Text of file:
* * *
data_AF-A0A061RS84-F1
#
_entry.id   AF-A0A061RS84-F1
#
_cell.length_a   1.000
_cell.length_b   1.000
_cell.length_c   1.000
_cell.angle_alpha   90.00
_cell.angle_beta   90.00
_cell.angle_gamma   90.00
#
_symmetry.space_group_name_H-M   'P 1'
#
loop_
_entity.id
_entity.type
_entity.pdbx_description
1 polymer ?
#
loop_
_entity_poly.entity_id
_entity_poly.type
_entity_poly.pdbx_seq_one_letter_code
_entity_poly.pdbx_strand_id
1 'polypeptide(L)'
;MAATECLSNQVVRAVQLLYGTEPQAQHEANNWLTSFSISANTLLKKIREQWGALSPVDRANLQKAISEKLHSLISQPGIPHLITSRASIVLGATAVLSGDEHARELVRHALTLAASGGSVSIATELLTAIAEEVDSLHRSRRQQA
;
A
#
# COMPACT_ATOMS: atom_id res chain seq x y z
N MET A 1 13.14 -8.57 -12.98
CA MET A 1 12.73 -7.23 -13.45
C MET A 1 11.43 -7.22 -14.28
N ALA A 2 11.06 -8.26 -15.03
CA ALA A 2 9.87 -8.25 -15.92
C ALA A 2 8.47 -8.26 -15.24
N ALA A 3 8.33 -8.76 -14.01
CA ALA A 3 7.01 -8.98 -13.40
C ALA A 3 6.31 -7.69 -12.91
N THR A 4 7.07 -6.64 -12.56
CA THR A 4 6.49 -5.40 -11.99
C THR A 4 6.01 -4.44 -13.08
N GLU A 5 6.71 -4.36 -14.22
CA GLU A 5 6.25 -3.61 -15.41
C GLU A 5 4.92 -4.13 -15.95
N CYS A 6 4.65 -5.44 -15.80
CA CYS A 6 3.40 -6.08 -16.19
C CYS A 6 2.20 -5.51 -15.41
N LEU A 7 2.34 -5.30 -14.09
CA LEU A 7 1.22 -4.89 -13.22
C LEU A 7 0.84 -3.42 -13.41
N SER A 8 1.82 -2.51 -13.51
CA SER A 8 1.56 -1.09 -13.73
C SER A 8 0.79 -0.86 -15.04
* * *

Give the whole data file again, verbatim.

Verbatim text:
data_AF-A0A061RS84-F1
#
_entry.id   AF-A0A061RS84-F1
#
_cell.length_a   1.000
_cell.length_b   1.000
_cell.length_c   1.000
_cell.angle_alpha   90.00
_cell.angle_beta   90.00
_cell.angle_gamma   90.00
#
_symmetry.space_group_name_H-M   'P 1'
#
loop_
_entity.id
_entity.type
_entity.pdbx_description
1 polymer ?
#
loop_
_entity_poly.entity_id
_entity_poly.type
_entity_poly.pdbx_seq_one_letter_code
_entity_poly.pdbx_strand_id
1 'polypeptide(L)'
;MAATECLSNQVVRAVQLLYGTEPQAQHEANNWLTSFSISANTLLKKIREQWGALSPVDRANLQKAISEKLHSLISQPGIPHLITSRASIVLGATAVLSGDEHARELVRHALTLAASGGSVSIATELLTAIAEEVDSLHRSRRQQA
;
A
#
# COMPACT_ATOMS: atom_id res chain seq x y z
N MET A 1 13.14 -8.57 -12.98
CA MET A 1 12.73 -7.23 -13.45
C MET A 1 11.43 -7.22 -14.28
N ALA A 2 11.06 -8.26 -15.03
CA ALA A 2 9.87 -8.25 -15.92
C ALA A 2 8.47 -8.26 -15.24
N ALA A 3 8.33 -8.76 -14.01
CA ALA A 3 7.01 -8.98 -13.40
C ALA A 3 6.31 -7.69 -12.91
N THR A 4 7.07 -6.64 -12.56
CA THR A 4 6.49 -5.40 -11.99
C THR A 4 6.01 -4.44 -13.08
N GLU A 5 6.71 -4.36 -14.22
CA GLU A 5 6.25 -3.61 -15.41
C GLU A 5 4.92 -4.13 -15.95
N CYS A 6 4.65 -5.44 -15.80
CA CYS A 6 3.40 -6.08 -16.19
C CYS A 6 2.20 -5.51 -15.41
N LEU A 7 2.34 -5.30 -14.09
CA LEU A 7 1.22 -4.89 -13.22
C LEU A 7 0.84 -3.42 -13.41
N SER A 8 1.82 -2.51 -13.51
CA SER A 8 1.56 -1.09 -13.73
C SER A 8 0.79 -0.86 -15.04